Almost everyone has been in the situation where they were forced to deal with a difficult co-worker or customer. Sometimes they are simply bullies or people prone to being passive-aggressive, but it seems that lately there has been a sharp increase in the number of people acting out high conflict behavior. Customers get upset and yell loudly at the store clerk, someone uses foul language to tell off a police officer or a co-worker threatens to ruin their boss's life.
These sort of behaviors and the people who engage in them, are considered high conflict because resolving conflict and finding a compromise is not the goal. Instead, they only serve to escalate the conflict. What makes it more confusing is that it can happen out of the blue and most high conflict people seem perfectly reasonable when you first meet them. However, when you look closely you'll see that they have a pattern of high conflict behavior and it's just a part of who they are and how they cope with stress.
It's important to recognize the warning signs in order to identify these types of high conflict people ahead of time. Once you know, or even suspect, you're dealing with someone like this, there are things you can do to minimize the impact of their behavior and diffuse the situation.
Here are the warning signs based on those listed by the High Conflict Institute:
They can't find fault in themselves. High conflict people tend to exaggerate both the positive and the negative side of any situation. Then, when things don't turn out the way they expect, they blame others and take things personally. They lash out and attack back when it's not necessary.
They need to be in control. To them, things are black and white. Their partner, co-worker, boss or whomever is either a peon or not worth dealing with. Relationships with them can be demanding and, as a result, they often look to have their emotional needs met at work and they become increasingly frustrated when they can't be met.
They can't control their emotions. They are very emotional and typically focus on the past. They go over and over any perceived slights, continuing to dwell on them for long periods of time. It's not often that you'll hear them planning for the future, unless they are plotting payback.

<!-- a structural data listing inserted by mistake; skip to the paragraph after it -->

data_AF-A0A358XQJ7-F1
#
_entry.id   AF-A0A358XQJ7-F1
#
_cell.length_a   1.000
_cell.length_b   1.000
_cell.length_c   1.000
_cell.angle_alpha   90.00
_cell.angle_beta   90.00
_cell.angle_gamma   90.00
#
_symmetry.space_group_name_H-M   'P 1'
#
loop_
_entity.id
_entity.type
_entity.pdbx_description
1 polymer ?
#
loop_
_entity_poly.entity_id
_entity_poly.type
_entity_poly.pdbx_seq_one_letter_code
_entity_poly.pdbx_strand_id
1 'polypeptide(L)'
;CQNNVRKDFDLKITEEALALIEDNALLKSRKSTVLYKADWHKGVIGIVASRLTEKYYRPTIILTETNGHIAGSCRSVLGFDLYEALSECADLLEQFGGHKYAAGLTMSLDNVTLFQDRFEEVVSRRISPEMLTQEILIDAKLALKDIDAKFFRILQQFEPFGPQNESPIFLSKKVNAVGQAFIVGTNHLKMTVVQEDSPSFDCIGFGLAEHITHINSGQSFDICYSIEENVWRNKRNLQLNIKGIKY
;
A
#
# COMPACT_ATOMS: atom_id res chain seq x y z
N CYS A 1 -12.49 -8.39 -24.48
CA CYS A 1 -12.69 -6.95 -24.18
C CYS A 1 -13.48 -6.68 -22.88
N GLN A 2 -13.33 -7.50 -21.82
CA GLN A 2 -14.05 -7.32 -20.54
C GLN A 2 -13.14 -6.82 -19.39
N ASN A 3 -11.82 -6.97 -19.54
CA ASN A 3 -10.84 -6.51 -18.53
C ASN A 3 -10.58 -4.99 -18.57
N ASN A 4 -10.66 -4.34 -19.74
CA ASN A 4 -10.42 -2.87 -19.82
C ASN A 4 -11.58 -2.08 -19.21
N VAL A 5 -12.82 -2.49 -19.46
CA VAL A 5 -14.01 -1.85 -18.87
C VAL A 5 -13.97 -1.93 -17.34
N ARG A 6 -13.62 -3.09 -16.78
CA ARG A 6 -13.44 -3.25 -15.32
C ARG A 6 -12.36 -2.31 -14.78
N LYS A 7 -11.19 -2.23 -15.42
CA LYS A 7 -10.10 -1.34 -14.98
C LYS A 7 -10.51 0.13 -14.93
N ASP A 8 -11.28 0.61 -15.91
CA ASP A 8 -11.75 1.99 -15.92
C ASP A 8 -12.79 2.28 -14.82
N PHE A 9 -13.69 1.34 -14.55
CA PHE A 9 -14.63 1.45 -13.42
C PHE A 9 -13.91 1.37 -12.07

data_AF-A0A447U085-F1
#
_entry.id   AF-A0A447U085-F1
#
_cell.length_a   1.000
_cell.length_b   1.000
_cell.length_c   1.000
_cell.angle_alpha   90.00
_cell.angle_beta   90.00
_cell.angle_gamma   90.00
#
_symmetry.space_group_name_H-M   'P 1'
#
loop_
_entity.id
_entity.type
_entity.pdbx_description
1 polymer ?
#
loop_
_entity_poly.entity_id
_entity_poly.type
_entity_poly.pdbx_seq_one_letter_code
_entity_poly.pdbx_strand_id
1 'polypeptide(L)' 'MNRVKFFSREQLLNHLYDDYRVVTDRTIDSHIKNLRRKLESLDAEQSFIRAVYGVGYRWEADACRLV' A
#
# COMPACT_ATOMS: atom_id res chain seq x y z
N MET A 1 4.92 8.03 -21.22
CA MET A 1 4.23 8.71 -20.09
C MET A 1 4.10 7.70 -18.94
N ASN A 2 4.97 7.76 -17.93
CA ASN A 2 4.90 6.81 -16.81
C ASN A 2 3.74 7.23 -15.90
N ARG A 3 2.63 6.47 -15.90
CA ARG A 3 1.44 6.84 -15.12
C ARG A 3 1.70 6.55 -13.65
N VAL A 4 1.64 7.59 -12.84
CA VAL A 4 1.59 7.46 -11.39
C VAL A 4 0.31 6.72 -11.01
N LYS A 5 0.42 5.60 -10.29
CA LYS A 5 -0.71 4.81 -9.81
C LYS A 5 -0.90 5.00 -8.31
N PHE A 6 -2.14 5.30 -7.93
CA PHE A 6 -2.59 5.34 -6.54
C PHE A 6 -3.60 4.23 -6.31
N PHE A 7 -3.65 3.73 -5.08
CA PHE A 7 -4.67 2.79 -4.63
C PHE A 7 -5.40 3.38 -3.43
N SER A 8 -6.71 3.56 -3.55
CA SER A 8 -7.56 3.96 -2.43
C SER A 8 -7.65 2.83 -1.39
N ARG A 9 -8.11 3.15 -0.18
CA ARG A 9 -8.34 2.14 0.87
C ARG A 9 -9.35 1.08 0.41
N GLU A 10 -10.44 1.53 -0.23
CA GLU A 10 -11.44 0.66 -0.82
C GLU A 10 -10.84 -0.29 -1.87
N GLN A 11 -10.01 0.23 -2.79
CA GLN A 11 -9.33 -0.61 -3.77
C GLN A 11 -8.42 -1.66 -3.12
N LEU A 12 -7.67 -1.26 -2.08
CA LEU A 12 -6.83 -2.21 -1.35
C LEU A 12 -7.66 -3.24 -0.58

They exbihit intense behavior. When things don't work out as expected and when they don't get what they want, instead of backing off, they shift into overdrive. This is when the full blown meltdowns and rages happen.
If you suspect someone you work with is a high-conflict person, there are some things you can do to make it easier to deal with them. Once you know their pattern, their behavior becomes easy to predict. Although you should never confront them directly, you can:
Try to reach them. Connect with them by using empathy, attention and respect.
Help them process information, alternatives, choices or possible solutions.
Clarify the issue at hand, and get them to focus.
Draw hard lines in the sand. Make sure to maintain decorum.
For example, when a high-conflict person is acting out, you can say something like, “I can see how important this is to you. Don't worry, I care about your problem and I'll listen to your concerns to be sure that I understand them. You've done a lot to solve the problem already. Let's look at the options...”
By redirecting the focus on to problem solving rather than reacting emotionally, you'll be able to diffuse the situation and find common ground. It can be uncomfortable at first, but with a little practice it gets easier and it can make a huge difference when you have to deal with these high conflict people.
Does this remind you of a boss, co-worker or family member? Please share your thoughts in the comments.
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